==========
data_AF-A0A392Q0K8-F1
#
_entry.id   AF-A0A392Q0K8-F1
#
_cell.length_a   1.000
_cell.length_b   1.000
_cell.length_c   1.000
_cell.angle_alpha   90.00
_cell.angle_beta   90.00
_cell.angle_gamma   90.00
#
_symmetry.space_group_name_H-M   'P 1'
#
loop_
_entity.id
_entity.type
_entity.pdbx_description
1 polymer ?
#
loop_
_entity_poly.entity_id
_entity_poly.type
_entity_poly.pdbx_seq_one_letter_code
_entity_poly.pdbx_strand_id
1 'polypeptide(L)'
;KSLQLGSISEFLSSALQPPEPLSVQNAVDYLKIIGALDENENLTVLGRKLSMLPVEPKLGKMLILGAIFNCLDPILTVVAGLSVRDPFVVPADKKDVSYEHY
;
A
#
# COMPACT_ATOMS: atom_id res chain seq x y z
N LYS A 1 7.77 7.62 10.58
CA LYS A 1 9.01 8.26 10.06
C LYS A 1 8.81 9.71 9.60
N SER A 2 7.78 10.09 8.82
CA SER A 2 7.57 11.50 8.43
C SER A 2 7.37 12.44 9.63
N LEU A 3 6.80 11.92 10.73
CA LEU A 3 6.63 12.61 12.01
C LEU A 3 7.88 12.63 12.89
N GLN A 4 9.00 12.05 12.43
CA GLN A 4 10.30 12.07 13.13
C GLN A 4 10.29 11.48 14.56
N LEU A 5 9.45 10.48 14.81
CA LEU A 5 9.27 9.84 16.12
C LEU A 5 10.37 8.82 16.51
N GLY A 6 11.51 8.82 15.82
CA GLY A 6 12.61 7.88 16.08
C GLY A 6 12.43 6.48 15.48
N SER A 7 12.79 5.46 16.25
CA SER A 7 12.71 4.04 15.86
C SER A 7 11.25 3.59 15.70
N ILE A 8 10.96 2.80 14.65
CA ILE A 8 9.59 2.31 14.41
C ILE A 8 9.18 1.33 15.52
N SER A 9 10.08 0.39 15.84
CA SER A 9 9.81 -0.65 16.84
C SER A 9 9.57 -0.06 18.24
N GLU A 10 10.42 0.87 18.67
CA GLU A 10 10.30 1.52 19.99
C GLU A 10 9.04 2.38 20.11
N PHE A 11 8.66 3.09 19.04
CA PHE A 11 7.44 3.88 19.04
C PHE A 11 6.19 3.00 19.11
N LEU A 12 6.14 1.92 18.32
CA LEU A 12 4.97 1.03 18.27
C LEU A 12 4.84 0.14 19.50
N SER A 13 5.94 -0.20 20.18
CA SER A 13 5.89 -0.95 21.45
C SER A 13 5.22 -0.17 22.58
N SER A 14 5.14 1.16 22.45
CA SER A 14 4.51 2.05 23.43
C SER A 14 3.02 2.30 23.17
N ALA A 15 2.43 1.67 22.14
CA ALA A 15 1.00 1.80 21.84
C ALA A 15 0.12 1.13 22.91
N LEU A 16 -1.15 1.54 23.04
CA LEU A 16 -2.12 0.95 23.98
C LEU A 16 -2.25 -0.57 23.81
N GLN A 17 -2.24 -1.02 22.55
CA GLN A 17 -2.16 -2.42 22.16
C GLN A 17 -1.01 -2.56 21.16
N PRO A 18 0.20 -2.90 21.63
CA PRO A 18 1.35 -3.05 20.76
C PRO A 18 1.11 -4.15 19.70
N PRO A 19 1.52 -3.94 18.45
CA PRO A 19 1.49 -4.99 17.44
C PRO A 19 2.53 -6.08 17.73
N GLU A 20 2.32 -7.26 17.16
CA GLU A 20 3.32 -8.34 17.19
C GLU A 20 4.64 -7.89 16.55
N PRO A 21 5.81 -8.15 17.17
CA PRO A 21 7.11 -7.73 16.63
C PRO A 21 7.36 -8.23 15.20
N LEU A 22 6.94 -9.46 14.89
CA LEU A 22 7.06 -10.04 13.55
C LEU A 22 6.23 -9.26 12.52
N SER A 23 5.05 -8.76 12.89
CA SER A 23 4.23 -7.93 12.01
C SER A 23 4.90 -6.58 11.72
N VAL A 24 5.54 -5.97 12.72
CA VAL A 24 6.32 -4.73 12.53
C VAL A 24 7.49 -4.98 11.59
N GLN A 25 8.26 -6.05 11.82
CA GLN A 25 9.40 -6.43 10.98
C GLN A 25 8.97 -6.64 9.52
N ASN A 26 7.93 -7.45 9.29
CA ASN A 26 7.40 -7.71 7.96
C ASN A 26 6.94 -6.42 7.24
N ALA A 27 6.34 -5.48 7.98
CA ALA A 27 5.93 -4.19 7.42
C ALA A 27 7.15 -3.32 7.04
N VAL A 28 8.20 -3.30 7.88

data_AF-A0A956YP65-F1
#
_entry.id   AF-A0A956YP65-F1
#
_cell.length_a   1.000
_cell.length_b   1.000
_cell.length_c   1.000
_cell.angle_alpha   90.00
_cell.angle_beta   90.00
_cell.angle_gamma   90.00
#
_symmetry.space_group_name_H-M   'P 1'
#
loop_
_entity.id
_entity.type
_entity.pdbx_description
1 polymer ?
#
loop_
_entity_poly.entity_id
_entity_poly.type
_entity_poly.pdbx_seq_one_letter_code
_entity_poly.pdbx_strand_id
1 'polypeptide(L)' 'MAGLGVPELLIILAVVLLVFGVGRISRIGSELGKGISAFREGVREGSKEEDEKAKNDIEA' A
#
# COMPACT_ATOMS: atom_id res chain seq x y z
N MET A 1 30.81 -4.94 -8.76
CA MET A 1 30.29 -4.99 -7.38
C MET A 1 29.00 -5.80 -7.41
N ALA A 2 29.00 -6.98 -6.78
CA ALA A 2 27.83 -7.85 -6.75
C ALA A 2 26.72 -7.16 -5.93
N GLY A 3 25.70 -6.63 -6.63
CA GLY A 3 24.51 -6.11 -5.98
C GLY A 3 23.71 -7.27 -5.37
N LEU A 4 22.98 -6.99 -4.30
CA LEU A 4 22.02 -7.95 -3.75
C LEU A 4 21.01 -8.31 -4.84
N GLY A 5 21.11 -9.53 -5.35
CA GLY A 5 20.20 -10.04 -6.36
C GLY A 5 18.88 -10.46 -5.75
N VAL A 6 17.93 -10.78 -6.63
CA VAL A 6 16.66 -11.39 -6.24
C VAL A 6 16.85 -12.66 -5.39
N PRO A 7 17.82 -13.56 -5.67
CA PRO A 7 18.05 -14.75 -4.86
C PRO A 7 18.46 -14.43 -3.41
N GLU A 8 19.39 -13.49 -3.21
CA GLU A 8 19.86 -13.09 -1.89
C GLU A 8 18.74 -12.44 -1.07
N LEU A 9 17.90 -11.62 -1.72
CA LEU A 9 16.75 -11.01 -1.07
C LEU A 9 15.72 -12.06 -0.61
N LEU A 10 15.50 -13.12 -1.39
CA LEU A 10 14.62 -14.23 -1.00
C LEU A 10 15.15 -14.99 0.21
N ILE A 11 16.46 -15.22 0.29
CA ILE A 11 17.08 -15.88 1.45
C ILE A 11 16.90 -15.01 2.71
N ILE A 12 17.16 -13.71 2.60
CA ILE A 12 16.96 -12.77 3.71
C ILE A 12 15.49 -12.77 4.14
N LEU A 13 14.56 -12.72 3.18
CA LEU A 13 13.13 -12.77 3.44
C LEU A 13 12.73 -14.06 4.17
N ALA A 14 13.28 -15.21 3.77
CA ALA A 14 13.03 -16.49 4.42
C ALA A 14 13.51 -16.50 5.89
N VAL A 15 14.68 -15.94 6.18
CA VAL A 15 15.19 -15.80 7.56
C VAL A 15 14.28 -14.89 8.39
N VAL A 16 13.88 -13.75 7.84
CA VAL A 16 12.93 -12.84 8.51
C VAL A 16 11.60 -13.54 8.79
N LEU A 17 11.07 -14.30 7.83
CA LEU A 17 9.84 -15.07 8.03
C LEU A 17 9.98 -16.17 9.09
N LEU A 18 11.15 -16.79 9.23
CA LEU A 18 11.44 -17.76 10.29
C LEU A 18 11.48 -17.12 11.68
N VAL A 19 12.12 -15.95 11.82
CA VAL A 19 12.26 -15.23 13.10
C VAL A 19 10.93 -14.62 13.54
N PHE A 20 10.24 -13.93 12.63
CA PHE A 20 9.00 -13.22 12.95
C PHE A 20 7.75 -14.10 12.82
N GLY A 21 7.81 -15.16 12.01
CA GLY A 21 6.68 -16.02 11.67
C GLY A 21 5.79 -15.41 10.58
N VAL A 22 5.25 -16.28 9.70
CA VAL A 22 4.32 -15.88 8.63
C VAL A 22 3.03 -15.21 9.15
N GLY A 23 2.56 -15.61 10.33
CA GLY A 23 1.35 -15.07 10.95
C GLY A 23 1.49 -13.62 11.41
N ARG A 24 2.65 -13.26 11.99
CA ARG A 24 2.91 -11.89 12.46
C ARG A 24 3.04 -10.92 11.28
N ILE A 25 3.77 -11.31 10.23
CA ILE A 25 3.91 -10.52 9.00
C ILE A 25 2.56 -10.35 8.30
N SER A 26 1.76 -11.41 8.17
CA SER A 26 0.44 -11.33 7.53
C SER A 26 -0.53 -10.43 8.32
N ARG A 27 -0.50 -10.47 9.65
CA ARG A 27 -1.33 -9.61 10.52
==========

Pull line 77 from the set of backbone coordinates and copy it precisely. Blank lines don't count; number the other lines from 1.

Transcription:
CA LEU A 16 -2.12 0.95 23.98